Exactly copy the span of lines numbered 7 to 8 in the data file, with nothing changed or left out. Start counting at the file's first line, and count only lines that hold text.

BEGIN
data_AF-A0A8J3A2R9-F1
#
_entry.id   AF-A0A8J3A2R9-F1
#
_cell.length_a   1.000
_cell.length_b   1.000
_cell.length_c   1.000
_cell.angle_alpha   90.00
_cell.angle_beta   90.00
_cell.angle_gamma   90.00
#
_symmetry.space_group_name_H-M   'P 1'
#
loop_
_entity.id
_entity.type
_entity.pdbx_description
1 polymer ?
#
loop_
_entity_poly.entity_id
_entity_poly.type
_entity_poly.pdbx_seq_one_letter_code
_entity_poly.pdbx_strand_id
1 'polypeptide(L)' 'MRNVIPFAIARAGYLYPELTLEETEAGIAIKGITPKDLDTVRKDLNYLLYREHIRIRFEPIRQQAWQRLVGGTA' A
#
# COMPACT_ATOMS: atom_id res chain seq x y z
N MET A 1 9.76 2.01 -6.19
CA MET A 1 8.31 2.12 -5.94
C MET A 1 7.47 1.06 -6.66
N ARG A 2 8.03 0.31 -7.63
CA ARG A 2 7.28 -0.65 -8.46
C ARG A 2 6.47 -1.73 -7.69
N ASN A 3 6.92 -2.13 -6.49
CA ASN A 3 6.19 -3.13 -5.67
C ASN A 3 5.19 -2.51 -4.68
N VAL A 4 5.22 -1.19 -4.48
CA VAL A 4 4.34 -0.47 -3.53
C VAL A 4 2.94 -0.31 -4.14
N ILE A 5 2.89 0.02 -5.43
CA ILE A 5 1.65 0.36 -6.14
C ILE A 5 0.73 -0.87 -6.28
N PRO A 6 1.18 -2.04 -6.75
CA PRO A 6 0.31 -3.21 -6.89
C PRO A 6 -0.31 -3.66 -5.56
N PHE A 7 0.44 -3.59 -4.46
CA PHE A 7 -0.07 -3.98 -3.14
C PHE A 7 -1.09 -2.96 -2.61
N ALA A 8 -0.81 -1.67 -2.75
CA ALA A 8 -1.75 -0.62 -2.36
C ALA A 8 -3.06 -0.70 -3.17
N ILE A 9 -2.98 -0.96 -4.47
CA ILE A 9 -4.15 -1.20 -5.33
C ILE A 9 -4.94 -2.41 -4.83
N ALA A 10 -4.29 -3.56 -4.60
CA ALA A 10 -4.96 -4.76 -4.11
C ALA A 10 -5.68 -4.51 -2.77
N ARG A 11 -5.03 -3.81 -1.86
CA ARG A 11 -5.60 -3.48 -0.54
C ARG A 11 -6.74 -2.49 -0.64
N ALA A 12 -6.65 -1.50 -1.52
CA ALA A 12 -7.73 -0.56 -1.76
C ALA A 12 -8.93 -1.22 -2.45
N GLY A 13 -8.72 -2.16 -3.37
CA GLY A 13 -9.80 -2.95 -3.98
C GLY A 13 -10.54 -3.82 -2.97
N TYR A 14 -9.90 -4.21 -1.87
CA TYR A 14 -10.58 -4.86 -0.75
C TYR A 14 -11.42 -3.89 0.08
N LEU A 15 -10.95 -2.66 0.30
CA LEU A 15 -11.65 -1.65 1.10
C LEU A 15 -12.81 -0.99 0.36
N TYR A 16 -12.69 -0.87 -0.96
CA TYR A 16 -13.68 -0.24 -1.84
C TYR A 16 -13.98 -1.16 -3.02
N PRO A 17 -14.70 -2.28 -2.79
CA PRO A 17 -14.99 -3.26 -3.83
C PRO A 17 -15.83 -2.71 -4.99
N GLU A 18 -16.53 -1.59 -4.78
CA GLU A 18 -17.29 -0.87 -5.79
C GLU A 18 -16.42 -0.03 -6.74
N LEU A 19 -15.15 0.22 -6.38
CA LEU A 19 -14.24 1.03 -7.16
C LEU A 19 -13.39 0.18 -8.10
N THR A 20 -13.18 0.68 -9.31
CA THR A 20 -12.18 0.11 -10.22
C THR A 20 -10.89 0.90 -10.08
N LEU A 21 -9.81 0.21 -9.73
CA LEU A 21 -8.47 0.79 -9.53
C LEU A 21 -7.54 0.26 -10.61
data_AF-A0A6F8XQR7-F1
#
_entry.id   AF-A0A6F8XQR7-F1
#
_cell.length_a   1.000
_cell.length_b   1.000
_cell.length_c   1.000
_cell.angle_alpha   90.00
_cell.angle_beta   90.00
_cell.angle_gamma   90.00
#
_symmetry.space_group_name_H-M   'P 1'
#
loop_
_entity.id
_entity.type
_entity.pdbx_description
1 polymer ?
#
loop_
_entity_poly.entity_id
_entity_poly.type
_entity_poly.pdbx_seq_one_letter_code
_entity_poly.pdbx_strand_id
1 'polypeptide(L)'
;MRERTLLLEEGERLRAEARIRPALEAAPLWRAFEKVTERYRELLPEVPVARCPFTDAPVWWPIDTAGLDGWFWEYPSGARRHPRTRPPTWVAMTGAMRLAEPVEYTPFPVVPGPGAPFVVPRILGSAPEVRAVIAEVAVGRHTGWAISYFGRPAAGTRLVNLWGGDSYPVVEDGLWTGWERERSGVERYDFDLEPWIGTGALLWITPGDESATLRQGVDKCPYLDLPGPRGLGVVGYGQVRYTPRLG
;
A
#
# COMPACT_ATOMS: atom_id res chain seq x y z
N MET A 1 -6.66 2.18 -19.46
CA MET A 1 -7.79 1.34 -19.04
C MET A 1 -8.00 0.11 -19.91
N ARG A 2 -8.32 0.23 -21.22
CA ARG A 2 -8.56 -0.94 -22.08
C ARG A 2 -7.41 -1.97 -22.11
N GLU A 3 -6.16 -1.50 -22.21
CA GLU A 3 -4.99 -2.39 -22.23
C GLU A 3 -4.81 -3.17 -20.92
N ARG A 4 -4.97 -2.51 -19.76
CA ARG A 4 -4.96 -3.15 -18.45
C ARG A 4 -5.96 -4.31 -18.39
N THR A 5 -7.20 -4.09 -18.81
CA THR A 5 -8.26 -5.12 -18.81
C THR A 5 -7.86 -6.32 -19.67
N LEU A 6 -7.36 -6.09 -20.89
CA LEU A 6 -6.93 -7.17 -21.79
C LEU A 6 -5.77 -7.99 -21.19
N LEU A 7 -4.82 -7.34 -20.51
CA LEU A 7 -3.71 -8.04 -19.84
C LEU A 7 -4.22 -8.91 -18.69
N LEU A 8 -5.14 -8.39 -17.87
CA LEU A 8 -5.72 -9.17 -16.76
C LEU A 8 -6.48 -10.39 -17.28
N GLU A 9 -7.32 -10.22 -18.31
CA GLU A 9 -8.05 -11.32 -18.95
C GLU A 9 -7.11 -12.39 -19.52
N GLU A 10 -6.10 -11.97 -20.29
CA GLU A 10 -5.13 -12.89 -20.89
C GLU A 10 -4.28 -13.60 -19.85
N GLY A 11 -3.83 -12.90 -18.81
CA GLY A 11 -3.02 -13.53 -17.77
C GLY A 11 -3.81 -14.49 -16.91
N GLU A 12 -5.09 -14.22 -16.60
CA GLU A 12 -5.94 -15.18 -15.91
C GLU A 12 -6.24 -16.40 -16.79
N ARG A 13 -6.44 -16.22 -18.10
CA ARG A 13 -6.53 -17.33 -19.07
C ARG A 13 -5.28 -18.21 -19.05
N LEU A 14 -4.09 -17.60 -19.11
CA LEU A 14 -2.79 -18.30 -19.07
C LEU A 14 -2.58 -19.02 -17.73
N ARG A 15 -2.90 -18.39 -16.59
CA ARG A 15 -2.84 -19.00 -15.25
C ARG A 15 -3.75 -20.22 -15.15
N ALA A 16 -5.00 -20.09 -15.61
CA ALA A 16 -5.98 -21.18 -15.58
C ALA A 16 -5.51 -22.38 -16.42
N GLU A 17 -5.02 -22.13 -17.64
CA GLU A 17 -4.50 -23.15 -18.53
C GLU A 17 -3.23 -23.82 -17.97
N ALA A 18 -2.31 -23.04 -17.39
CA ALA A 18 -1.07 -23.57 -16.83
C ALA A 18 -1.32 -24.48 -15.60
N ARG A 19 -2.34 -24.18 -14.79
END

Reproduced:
_cell.length_c   1.000
_cell.angle_alpha   90.00